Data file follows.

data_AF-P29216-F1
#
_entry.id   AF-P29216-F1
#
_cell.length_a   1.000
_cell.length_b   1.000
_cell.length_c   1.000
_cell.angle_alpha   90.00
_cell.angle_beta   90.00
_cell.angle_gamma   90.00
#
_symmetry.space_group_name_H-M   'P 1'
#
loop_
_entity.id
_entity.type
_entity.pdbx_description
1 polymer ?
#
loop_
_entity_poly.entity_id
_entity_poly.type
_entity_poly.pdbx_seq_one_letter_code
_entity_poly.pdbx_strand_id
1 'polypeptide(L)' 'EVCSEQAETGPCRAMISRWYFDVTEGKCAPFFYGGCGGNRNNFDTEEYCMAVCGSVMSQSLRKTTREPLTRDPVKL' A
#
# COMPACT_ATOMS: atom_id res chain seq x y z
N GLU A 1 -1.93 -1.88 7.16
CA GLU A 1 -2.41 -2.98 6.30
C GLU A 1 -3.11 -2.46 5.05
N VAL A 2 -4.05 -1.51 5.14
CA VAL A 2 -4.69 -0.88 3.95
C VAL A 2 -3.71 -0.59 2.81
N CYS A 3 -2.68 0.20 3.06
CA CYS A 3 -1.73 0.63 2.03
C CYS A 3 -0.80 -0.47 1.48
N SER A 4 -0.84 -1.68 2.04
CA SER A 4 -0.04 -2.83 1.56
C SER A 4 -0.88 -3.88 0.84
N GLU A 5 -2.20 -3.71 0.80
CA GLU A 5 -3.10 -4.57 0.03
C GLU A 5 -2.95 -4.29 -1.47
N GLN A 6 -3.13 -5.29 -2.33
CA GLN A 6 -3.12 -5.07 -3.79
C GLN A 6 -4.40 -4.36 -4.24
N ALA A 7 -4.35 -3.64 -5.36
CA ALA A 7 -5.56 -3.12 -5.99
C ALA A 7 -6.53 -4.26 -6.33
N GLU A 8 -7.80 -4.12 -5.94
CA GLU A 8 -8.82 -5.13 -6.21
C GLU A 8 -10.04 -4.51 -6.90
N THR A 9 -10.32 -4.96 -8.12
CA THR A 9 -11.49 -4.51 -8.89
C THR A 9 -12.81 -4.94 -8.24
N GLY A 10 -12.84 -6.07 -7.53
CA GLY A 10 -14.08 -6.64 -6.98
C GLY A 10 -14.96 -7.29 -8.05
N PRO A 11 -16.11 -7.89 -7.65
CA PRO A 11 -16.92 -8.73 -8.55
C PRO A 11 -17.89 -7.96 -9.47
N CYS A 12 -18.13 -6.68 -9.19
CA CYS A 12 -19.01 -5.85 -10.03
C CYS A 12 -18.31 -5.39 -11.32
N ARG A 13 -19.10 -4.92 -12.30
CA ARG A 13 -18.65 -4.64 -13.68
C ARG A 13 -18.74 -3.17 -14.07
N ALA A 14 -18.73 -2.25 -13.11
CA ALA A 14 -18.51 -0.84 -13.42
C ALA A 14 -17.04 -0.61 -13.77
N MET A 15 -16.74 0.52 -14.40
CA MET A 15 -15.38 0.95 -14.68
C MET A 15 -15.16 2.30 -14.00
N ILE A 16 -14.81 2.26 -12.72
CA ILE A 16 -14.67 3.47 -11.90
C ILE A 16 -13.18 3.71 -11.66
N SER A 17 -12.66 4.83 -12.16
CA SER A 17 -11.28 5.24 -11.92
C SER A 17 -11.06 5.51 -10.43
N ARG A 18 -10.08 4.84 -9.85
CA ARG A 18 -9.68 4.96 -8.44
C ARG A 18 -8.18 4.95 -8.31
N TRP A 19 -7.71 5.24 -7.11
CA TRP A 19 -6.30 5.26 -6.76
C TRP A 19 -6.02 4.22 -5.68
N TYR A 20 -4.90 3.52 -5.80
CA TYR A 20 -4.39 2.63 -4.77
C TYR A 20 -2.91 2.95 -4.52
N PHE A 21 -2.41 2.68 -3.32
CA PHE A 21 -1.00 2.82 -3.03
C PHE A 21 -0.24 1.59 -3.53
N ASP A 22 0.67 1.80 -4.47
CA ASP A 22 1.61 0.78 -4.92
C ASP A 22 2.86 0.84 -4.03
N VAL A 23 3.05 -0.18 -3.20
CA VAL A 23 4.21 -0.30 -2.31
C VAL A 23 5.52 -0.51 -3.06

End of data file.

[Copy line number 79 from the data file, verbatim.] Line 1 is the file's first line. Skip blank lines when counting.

N ARG A 18 -10.08 4.84 -9.85